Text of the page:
Postprandial Events as a Trigger for Redox Unbalance: Role of Dietary Lipid Hydroperoxides and Antioxidants
In the late ‘70s Zilversmit hypothesized that the dramatic postprandial modification of the plasma lipid pattern could have a significant effect on atherogenesis. Since then, several evidence has been collected, and it has been demonstrated that many events happening during the postprandial phase, such as oxidative stress and inflammation, are strongly linked to atherosclerosis.
At the moment, there is clear scientific evidence that during the postprandial phase there is an impairment of the redox status (postprandial oxidative stress) that could be determined by (1) the aspecific intake of macronutrients, whose catabolism can lead to the production of oxygen-radical species, or (2) the intake of oxidized/ prooxidant species, which, when absorbed, can directly modify the redox balance.
Thus eating regular meals throughout the day can result in a constant oxidative condition that depends on the relative intake of oxidizable or oxidized nutrients and that of antioxidants. This chapter will focus on the role of dietary lipid hydroper oxides and antioxidants in determining the extent of postprandial oxidative stress.
KeywordsAtherosclerosis oxidative stress antioxidant postprandial phase
Unable to display preview. Download preview PDF.
- Blanco-Colio, LM, Valderrama, M, Alvarez-Sala, LA, Bustos, C, Ortego, M, Hernandez-Presa, MA, Cancelas, P, Gomez-Gerique, J, Millan, J and Egido, J (2000). “Red wine intake prevents nuclear factor-kappaB activation in peripheral blood mononuclear cells of healthy volunteers during postprandial lipemia.” Circulation 102(9): 1020–1026.PubMedGoogle Scholar
- Grootveld, M, Atherton, MD, Sheerin, AN, Hawkes, J, Blake, DR, Richens, TE, Silwood, CJ, Lynch, E and Claxson, AW (1998). “In vivo absorption, metabolism, and urinary excretion of alpha, beta-unsaturated aldehydes in experimental animals. Relevance to the development of cardiovascular diseases by the dietary ingestion of thermally stressed polyunsaturate-rich culinary oils.” J Clin Invest 101(6): 1210–1218.PubMedCrossRefGoogle Scholar
- Kugiyama, K, Doi, H, Takazoe, K, Kawano, H, Soejima, H, Mizuno, Y, Tsunoda, R, Sakamoto, T, Nakano, T, Nakajima, K, Ogawa, H, Sugiyama, S, Yoshimura, M and Yasue, H (1999). “Remnant lipoprotein levels in fasting serum predict coronary events in patients with coronary artery disease.” Circulation 99(22): 2858–2860.PubMedGoogle Scholar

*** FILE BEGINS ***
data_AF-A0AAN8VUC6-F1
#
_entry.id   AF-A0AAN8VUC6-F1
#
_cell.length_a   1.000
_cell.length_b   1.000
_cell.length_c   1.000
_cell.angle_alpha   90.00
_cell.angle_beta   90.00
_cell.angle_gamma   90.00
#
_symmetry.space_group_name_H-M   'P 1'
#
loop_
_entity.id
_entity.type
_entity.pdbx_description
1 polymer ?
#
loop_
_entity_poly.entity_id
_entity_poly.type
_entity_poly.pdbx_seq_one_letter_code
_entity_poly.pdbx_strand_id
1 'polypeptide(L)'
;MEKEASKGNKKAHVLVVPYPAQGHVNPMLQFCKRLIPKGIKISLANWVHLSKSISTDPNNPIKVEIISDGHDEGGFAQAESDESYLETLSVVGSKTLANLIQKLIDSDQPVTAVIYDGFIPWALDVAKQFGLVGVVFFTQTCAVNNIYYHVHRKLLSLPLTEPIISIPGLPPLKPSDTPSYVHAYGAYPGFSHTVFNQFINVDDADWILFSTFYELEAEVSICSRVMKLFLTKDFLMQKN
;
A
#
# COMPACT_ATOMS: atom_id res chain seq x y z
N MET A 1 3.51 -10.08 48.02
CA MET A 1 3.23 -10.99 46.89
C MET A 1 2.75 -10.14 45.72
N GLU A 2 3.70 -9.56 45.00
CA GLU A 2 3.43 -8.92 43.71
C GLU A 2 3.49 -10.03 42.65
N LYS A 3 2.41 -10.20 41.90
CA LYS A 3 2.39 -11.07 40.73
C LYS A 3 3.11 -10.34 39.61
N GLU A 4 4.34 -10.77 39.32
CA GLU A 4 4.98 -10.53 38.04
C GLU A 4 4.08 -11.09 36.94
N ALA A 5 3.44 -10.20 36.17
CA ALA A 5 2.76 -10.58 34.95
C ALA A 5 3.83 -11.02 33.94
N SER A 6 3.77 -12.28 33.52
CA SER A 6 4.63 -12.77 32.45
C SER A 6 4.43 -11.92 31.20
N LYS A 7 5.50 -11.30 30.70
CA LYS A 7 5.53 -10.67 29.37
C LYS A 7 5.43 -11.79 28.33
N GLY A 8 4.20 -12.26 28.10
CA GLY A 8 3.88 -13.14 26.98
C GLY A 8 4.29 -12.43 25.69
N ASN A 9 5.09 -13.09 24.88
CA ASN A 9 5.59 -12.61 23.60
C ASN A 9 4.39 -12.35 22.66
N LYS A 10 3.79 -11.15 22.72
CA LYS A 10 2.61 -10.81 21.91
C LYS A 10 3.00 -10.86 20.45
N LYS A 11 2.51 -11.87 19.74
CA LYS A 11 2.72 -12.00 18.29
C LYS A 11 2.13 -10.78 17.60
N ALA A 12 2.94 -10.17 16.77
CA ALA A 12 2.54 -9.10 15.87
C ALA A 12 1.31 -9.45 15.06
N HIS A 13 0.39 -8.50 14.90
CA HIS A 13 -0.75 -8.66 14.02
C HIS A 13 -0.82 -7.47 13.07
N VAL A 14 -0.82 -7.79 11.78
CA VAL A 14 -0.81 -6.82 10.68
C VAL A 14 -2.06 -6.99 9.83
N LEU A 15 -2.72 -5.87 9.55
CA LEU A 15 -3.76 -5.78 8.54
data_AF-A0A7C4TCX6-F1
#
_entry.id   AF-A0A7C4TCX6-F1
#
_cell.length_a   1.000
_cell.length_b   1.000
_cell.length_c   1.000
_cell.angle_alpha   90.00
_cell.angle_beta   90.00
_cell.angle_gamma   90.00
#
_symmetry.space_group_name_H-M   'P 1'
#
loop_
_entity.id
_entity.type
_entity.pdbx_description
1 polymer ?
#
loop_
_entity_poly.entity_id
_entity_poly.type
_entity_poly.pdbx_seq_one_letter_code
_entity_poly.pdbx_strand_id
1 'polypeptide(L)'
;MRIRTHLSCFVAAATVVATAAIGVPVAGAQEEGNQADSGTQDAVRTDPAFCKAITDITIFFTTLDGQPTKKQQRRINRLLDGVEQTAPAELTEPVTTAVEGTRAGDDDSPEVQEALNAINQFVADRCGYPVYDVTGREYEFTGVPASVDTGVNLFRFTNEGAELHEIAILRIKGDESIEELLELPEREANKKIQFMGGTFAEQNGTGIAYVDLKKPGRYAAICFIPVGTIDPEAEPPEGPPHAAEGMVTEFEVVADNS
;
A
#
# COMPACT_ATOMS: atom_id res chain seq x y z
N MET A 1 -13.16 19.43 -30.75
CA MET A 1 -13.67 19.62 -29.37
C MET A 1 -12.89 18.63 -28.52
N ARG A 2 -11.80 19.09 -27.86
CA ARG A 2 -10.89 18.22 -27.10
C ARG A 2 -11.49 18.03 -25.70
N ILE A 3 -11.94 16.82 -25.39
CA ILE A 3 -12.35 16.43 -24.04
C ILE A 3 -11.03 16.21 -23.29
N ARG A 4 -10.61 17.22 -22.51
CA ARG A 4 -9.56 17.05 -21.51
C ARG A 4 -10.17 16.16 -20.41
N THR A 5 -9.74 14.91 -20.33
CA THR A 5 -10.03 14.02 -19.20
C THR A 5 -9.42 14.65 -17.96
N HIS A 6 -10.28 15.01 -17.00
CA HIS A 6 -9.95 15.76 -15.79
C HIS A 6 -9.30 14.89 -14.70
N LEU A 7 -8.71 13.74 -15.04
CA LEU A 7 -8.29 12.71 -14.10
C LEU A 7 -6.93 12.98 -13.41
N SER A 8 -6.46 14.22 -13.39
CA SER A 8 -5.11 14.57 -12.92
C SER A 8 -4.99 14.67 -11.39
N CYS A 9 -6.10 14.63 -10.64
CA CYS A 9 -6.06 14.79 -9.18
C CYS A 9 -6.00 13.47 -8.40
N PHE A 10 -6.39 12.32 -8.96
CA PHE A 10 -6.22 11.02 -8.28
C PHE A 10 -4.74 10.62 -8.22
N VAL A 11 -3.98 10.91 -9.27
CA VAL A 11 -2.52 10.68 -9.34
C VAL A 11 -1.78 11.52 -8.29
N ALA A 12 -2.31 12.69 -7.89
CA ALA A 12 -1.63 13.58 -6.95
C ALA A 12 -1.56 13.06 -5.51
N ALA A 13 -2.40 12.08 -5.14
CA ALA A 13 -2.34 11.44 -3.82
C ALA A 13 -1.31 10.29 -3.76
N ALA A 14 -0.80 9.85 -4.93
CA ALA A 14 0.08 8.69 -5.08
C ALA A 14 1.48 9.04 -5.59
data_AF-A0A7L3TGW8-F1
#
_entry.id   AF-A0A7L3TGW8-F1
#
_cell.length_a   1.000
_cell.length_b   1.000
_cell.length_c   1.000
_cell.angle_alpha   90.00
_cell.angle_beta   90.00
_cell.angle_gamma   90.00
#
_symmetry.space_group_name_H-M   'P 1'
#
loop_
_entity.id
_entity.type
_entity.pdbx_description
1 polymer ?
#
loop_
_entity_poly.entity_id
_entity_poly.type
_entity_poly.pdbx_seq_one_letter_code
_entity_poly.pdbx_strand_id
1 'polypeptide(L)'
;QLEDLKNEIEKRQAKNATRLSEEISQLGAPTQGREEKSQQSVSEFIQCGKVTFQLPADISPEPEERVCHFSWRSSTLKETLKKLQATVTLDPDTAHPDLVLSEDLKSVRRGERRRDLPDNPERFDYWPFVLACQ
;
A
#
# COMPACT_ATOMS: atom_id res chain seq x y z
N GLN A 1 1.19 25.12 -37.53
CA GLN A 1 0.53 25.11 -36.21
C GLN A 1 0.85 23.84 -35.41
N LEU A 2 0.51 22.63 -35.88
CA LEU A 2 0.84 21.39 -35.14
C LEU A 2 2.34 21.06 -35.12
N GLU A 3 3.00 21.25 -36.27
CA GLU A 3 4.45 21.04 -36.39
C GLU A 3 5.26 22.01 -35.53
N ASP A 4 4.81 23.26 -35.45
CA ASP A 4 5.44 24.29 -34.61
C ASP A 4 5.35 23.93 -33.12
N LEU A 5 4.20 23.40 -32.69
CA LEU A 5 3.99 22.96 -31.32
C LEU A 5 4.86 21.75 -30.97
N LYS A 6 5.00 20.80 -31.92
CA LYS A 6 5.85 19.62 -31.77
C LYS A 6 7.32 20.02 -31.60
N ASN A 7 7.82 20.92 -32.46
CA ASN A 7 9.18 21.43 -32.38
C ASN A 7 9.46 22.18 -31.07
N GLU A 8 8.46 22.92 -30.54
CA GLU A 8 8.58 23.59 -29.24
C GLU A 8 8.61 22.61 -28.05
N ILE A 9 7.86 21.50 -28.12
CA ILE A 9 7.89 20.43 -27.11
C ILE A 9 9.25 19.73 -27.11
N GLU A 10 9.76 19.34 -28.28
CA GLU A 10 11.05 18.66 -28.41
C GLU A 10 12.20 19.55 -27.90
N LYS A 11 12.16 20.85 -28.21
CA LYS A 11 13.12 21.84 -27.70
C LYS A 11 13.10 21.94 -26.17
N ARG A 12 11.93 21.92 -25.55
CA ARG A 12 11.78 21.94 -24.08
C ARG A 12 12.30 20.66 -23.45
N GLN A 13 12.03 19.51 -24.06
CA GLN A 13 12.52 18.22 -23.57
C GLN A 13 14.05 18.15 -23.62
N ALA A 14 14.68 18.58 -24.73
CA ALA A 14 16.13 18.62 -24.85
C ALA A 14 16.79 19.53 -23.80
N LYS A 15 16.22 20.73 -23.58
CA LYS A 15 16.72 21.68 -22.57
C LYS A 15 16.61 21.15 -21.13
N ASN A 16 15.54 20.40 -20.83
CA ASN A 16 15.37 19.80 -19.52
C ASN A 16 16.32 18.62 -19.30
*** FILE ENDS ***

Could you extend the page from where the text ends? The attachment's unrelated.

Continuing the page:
- Moro, E, Zambon, C, Pianetti, S, Cazzolato, G, Pais, M and Bittolo_Bon, G (1998). “Electronegative low density lipoprotein subform (LDL-) is increased in type 2 (non-insulin-dependent) microalbuminuric diabetic patients and is closely associated with LDL susceptibility to oxidation.” Acta Diabetologica 35(3): 161–164.PubMedCrossRefGoogle Scholar
- Nappo, F, Esposito, K, Cioffi, M, Giugliano, G, Molinari, AM, Paolisso, G, Marfella, R and Giugliano, D (2002). “Postprandial endothelial activation in healthy subjects and in type 2 diabetic patients: role of fat and carbohydrate meals.” J Am Coll Cardiol 39(7): 1145–1150.PubMedCrossRefGoogle Scholar
- Naruszewicz, M, Wozny, E, Mirkiewicz, E, Nowicka, G and Szostak, WB (1987). “The effect of thermally oxidized soya bean oil on metabolism of chylomicrons. Increased uptake and degradation of oxidized chylomicrons in cultured mouse macrophages.” Atherosclerosis 66(1–2): 45–53.PubMedCrossRefGoogle Scholar
- Twickler, TB, Dallinga-Thie, GM, Visseren, FL, de Vries, WR, Erkelens, DW and Koppeschaar, HP (2003). “Induction of postprandial inflammatory response in adult onset growth hormone deficiency is related to plasma remnant-like particle-cholesterol concentration.” J Clin Endocrinol Metab 88(3): 1228–1233.PubMedCrossRefGoogle Scholar